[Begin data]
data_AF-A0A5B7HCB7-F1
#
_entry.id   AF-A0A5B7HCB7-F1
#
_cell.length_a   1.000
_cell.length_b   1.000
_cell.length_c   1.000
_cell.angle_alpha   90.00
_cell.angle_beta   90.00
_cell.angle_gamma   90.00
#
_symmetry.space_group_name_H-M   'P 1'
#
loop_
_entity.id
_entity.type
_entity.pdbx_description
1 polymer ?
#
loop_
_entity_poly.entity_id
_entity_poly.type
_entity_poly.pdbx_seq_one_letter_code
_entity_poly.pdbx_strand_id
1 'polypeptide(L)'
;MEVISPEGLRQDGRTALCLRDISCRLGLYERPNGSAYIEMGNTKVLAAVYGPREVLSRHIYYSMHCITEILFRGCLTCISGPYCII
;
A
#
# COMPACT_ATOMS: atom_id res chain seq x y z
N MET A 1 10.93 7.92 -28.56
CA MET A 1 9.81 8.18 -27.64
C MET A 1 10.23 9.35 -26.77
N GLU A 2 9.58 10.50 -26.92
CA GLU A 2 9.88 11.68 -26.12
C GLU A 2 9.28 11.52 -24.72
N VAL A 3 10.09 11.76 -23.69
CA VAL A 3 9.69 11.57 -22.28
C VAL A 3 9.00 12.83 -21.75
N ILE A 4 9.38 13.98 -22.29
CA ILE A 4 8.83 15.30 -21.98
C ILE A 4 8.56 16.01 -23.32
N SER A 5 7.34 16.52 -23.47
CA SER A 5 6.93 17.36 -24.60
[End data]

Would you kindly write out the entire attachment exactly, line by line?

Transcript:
data_AF-A0A5B7HCB7-F1
#
_entry.id   AF-A0A5B7HCB7-F1
#
_cell.length_a   1.000
_cell.length_b   1.000
_cell.length_c   1.000
_cell.angle_alpha   90.00
_cell.angle_beta   90.00
_cell.angle_gamma   90.00
#
_symmetry.space_group_name_H-M   'P 1'
#
loop_
_entity.id
_entity.type
_entity.pdbx_description
1 polymer ?
#
loop_
_entity_poly.entity_id
_entity_poly.type
_entity_poly.pdbx_seq_one_letter_code
_entity_poly.pdbx_strand_id
1 'polypeptide(L)'
;MEVISPEGLRQDGRTALCLRDISCRLGLYERPNGSAYIEMGNTKVLAAVYGPREVLSRHIYYSMHCITEILFRGCLTCISGPYCII
;
A
#
# COMPACT_ATOMS: atom_id res chain seq x y z
N MET A 1 10.93 7.92 -28.56
CA MET A 1 9.81 8.18 -27.64
C MET A 1 10.23 9.35 -26.77
N GLU A 2 9.58 10.50 -26.92
CA GLU A 2 9.88 11.68 -26.12
C GLU A 2 9.28 11.52 -24.72
N VAL A 3 10.09 11.76 -23.69
CA VAL A 3 9.69 11.57 -22.28
C VAL A 3 9.00 12.83 -21.75
N ILE A 4 9.38 13.98 -22.29
CA ILE A 4 8.83 15.30 -21.98
C ILE A 4 8.56 16.01 -23.32
N SER A 5 7.34 16.52 -23.47
CA SER A 5 6.93 17.36 -24.60